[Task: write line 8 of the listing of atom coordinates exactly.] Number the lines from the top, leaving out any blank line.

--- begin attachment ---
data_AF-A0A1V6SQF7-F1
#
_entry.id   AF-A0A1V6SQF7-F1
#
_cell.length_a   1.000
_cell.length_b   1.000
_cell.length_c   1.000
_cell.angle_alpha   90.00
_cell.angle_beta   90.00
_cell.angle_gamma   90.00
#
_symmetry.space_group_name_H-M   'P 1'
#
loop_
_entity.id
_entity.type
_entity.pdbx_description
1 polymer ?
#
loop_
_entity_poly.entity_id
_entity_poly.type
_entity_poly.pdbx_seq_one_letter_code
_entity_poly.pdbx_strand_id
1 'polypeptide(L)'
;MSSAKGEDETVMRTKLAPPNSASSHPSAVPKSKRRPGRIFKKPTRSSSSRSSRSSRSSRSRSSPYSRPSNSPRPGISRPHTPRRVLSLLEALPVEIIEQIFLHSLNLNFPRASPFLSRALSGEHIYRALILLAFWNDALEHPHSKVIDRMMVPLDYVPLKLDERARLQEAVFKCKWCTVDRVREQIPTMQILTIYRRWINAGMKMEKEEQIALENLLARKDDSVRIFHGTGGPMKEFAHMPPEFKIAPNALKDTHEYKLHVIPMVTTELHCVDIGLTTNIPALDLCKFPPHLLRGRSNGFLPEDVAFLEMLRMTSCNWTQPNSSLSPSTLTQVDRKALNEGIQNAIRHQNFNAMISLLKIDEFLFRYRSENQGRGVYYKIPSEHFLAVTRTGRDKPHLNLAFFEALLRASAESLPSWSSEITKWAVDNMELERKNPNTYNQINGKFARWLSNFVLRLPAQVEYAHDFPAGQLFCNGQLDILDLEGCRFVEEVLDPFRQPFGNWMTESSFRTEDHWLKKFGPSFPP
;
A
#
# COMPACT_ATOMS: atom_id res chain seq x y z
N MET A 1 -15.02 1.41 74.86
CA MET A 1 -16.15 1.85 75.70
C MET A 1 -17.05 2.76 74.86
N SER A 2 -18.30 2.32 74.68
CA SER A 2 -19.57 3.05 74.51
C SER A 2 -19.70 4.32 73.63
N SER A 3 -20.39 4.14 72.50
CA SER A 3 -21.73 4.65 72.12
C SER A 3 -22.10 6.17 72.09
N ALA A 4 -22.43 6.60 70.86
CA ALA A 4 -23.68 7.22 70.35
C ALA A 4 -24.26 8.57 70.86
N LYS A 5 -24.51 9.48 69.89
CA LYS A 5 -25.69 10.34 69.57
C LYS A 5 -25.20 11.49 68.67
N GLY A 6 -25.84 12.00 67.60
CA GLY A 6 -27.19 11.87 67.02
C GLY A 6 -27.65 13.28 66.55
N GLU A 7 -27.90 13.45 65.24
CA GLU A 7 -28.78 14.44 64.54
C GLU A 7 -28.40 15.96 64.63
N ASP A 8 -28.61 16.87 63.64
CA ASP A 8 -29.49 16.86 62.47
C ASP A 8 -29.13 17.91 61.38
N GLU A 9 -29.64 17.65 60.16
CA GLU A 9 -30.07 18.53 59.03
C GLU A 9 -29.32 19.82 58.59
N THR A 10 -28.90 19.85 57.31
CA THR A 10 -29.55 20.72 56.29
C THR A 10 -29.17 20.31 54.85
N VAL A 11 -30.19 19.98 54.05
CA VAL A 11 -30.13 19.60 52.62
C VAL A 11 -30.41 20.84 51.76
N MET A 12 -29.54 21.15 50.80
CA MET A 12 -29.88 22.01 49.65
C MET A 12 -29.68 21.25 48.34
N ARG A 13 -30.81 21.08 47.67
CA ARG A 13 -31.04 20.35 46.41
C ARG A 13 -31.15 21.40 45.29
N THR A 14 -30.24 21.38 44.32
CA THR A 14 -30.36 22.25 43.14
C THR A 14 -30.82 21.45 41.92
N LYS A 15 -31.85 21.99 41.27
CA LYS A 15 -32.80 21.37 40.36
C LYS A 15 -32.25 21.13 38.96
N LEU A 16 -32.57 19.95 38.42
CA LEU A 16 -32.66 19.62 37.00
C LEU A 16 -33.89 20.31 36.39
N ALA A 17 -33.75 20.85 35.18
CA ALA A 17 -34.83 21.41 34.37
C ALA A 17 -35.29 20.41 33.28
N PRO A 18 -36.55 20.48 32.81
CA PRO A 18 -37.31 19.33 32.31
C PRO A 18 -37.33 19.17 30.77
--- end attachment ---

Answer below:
_cell.angle_alpha   90.00